1 BE7 1 CHAPTER 7 MERCHANDISE INVENTORY BRIEF EXERCISES The inventory purchases made by Hewlett-Packard during 2008 can be calculated as follows: Beginning inventory $ 8.0 billion + Purchases X Cost of Goods Sold 69.3 =Ending Inventory $ 7.9 billion Purchases = $69.2 billion BE7 2 a. From the footnote it is apparent that Johnson & Johnson is a manufacturer. A retailer or a service company would not have accounts called Raw materials and supplies or a Goods in process within the detail of their inventory. These accounts are only used by manufacturing companies. b. From this disclosure it appears that Johnson & Johnson uses the FIFO inventory cost flow assumption. If a company uses LIFO it must disclose the amount of the LIFO reserve imbedded in the valuation of the inventory. BE7 3 If General Electric used the FIFO inventory cost flow assumption instead of LIFO, its inventory balance for 2008 would be ($ ) = $ billion. This disclosure is useful to financial statement users because it can make it easier to compare GE s results with a company that uses a FIFO assumption. It also tells the reader the financial statement and tax liability impact on GE if it were to switch to a FIFO assumption. E7 4 12/31/06: Ending inventory: Cost of Goods Sold = Goods available for sale Ending Inventory $11,713 = $14,314 Ending Inventory Ending Inventory = $2,601 12/31/07: Goods available for sale: Goods available for sale = Cost of Goods Sold + Ending Inventory Goods available for sale = $12,735 + $2,852 Goods available for Sale = $15,587 Purchases: Purchases = Goods available for Sale Beginning Inventory* Purchases = $15,587 - $2,601 Purchases = $12,986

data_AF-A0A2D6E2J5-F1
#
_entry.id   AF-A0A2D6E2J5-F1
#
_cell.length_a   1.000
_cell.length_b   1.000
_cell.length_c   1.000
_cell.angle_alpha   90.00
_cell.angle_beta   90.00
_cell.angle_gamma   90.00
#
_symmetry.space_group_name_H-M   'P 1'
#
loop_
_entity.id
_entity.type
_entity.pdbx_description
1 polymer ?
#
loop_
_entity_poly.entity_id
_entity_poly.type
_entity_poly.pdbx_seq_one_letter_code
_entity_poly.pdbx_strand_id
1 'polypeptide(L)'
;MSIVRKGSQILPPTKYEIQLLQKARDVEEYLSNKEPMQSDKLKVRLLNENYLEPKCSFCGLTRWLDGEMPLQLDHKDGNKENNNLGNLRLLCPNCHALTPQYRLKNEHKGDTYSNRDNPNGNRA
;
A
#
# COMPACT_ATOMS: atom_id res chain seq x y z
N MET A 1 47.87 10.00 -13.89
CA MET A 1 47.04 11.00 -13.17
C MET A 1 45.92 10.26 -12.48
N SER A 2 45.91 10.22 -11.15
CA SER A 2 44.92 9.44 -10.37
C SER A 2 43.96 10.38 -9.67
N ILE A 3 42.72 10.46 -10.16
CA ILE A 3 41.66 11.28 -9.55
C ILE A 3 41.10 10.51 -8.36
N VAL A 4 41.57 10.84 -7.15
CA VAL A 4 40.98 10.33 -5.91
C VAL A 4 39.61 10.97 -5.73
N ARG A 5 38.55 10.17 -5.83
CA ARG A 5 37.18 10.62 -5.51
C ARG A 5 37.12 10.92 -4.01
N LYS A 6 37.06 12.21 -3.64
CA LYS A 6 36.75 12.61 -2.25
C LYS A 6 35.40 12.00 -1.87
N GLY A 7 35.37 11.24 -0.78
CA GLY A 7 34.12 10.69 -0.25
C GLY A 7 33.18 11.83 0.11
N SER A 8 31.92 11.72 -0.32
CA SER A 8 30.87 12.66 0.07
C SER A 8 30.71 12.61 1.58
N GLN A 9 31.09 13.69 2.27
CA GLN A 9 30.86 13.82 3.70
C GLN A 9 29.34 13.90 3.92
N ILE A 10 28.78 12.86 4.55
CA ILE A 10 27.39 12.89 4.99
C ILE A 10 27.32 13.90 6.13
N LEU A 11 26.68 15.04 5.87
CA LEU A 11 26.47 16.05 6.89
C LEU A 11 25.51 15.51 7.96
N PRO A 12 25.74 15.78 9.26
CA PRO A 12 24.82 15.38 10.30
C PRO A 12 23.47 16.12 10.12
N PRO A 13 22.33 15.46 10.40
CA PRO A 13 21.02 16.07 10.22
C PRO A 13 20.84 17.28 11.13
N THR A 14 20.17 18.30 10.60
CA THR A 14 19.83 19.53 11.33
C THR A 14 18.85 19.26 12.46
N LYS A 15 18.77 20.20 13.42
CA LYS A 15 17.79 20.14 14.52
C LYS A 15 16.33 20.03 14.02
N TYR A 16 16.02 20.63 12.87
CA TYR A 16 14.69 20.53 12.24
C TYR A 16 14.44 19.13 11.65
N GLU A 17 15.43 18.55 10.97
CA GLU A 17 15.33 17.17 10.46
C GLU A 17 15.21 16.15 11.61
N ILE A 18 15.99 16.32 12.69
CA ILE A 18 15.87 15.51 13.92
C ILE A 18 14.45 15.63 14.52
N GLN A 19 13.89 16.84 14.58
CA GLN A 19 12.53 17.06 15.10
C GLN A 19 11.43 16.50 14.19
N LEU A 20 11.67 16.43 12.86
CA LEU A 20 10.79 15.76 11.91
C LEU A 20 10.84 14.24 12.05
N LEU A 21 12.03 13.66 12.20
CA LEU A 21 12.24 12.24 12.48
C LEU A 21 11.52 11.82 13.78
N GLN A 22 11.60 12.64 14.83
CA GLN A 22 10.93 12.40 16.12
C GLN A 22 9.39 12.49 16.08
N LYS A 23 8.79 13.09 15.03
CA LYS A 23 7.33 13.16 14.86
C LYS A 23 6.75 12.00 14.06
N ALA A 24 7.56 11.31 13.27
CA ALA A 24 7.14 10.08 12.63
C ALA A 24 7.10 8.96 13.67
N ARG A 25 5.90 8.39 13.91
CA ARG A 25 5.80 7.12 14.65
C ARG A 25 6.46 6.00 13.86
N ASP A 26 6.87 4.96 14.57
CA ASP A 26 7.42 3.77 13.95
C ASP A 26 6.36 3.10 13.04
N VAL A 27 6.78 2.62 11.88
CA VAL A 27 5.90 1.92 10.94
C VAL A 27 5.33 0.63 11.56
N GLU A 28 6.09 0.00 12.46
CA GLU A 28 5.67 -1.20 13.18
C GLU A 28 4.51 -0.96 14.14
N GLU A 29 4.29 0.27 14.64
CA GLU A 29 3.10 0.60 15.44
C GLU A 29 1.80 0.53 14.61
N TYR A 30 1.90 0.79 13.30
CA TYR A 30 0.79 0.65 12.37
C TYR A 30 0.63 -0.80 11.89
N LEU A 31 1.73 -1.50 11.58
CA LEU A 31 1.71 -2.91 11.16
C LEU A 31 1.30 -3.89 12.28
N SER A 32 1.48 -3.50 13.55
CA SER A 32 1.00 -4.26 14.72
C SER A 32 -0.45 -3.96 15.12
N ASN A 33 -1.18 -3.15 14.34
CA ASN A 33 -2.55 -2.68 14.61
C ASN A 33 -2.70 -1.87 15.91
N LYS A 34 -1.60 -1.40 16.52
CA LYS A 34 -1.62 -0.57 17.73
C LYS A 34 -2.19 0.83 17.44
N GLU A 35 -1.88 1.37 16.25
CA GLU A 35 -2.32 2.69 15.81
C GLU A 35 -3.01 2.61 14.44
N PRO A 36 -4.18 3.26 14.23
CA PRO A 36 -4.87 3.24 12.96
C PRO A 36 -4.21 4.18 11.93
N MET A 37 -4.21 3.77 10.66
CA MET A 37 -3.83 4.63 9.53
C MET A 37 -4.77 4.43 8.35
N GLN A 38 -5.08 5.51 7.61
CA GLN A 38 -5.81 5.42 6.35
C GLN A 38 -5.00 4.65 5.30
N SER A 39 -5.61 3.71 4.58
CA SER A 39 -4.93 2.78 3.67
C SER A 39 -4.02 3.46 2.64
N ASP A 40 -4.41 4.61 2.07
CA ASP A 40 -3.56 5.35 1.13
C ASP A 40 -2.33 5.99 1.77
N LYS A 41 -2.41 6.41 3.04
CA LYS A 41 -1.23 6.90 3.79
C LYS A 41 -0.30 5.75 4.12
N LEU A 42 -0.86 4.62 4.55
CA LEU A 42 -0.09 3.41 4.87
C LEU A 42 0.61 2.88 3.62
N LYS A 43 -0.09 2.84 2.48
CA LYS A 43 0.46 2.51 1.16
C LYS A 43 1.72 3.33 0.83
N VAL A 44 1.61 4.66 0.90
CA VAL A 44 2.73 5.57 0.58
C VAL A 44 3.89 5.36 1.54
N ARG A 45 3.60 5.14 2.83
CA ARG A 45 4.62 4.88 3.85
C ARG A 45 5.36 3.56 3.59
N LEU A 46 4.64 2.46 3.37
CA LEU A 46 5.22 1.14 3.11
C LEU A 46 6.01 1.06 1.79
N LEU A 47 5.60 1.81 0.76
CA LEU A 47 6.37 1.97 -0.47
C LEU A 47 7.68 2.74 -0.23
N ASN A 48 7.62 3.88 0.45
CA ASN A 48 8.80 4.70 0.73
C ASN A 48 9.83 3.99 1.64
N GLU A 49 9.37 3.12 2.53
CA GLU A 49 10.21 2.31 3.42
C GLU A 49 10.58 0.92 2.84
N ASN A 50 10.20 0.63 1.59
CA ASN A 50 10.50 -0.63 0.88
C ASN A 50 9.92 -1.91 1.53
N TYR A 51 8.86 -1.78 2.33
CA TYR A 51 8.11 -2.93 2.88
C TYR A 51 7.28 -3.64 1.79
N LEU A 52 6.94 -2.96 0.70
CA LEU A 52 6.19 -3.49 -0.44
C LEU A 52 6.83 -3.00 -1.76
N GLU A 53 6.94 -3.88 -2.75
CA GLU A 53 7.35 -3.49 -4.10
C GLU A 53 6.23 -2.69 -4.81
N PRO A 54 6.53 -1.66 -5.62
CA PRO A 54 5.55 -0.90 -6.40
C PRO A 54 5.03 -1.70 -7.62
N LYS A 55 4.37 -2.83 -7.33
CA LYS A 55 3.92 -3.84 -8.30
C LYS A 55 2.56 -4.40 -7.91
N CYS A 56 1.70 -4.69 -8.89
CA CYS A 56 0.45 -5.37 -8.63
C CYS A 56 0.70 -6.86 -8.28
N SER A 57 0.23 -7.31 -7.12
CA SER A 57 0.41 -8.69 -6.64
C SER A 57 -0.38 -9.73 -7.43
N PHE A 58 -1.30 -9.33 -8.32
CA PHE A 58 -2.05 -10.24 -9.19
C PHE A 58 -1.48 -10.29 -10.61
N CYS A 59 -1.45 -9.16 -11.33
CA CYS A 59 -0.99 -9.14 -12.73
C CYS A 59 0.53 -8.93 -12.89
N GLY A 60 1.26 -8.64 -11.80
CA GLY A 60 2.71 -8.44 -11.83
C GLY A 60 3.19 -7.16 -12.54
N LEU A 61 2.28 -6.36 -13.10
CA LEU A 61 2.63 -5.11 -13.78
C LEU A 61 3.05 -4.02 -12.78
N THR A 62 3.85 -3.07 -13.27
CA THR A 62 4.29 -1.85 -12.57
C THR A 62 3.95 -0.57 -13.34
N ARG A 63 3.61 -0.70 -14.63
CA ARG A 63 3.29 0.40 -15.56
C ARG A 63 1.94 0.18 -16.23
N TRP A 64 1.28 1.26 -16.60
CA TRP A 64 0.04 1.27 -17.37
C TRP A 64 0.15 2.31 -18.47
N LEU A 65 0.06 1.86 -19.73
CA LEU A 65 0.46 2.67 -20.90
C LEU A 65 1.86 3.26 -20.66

2 E7 5 * Beginning inventory for 2007 is the Ending Inventory for /31/08: Goods available for sale: Goods available for sale = Beginning Inventory** + Purchases Goods available for sale = $2,852 + $13,540 Goods available for sale = $16,392 **Beginning inventory for 2008 is the Ending inventory for 2007 Ending inventory: Ending Inventory = Goods available for sale Cost of goods sold Ending Inventory = $16,392 - $13,379 Ending Inventory = $3,013 With the perpetual method, the balance in the Cost of Goods Sold account is perpetually updated for sales of inventory, as is the balance in the Inventory account for sales and acquisitions of inventory. This implies that the balance in Cost of Goods Sold should correspond to a balance in the Inventory account of $52,000, and that no entry is necessary at the end of the year to record Cost of Goods Sold. Ending Inventory = Beginning Inventory + Net Purchases Cost of Goods Sold $52,000 = $32,000 + ($85,000 + $4,300) Cost of Goods Sold Cost of Goods Sold = $69,300 However, since the physical count indicates that Telly's has $2,000 less inventory than is recorded in its Inventory account, the following adjusting entry is necessary at the end of the year. Inventory Shrinkage (E, SE)... 2,000 Inventory ( A)... 2,000 Incurred inventory shrinkage. E7 6 a. Error in Ending Inventory in 2007: The $50 understated error in the Ending inventory means that the Ending Inventory should have been $268 + $50 = $318. This would change the Cost of goods sold to $1,174 - $318 = $856 which would then increase the Gross profit to $421 ($1,277 - $856). b. Error in Ending Inventory in 2008: = The 2007 error in the Ending Inventory changes the Beginning Inventory in 2008 and the Goods Available for sale to $318 + $857 = $1,175. To calculate the Cost of Goods Sold the Ending Inventory for 2008 is deducted from the revised Goods Available for Sale: $1,175 ($239 - $50) = $986. The gross profit would then be $1,262 - $986 = $276.